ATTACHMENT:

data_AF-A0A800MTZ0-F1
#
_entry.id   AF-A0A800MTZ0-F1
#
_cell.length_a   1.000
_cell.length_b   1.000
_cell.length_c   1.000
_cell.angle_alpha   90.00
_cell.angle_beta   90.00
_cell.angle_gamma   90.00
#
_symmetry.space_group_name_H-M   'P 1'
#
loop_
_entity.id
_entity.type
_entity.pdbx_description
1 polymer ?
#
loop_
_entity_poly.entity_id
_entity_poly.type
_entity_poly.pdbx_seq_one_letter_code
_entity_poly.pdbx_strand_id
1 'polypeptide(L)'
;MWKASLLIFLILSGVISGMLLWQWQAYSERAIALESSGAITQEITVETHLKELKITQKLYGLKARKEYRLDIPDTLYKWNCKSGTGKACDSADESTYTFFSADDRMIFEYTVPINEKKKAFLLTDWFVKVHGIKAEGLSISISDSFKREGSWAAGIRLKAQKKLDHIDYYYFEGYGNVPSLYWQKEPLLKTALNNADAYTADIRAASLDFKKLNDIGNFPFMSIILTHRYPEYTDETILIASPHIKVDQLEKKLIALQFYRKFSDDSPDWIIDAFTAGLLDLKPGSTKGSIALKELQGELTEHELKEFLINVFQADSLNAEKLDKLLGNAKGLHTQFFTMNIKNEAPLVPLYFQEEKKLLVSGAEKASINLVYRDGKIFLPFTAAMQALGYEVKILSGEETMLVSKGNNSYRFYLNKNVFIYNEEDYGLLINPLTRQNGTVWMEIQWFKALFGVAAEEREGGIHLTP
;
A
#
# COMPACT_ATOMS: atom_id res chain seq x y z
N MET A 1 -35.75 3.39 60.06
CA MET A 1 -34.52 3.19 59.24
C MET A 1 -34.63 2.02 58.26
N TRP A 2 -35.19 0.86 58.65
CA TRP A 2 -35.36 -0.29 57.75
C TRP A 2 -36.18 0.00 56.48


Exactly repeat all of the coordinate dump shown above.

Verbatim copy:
data_AF-A0A800MTZ0-F1
#
_entry.id   AF-A0A800MTZ0-F1
#
_cell.length_a   1.000
_cell.length_b   1.000
_cell.length_c   1.000
_cell.angle_alpha   90.00
_cell.angle_beta   90.00
_cell.angle_gamma   90.00
#
_symmetry.space_group_name_H-M   'P 1'
#
loop_
_entity.id
_entity.type
_entity.pdbx_description
1 polymer ?
#
loop_
_entity_poly.entity_id
_entity_poly.type
_entity_poly.pdbx_seq_one_letter_code
_entity_poly.pdbx_strand_id
1 'polypeptide(L)'
;MWKASLLIFLILSGVISGMLLWQWQAYSERAIALESSGAITQEITVETHLKELKITQKLYGLKARKEYRLDIPDTLYKWNCKSGTGKACDSADESTYTFFSADDRMIFEYTVPINEKKKAFLLTDWFVKVHGIKAEGLSISISDSFKREGSWAAGIRLKAQKKLDHIDYYYFEGYGNVPSLYWQKEPLLKTALNNADAYTADIRAASLDFKKLNDIGNFPFMSIILTHRYPEYTDETILIASPHIKVDQLEKKLIALQFYRKFSDDSPDWIIDAFTAGLLDLKPGSTKGSIALKELQGELTEHELKEFLINVFQADSLNAEKLDKLLGNAKGLHTQFFTMNIKNEAPLVPLYFQEEKKLLVSGAEKASINLVYRDGKIFLPFTAAMQALGYEVKILSGEETMLVSKGNNSYRFYLNKNVFIYNEEDYGLLINPLTRQNGTVWMEIQWFKALFGVAAEEREGGIHLTP
;
A
#
# COMPACT_ATOMS: atom_id res chain seq x y z
N MET A 1 -35.75 3.39 60.06
CA MET A 1 -34.52 3.19 59.24
C MET A 1 -34.63 2.02 58.26
N TRP A 2 -35.19 0.86 58.65
CA TRP A 2 -35.36 -0.29 57.75
C TRP A 2 -36.18 0.00 56.48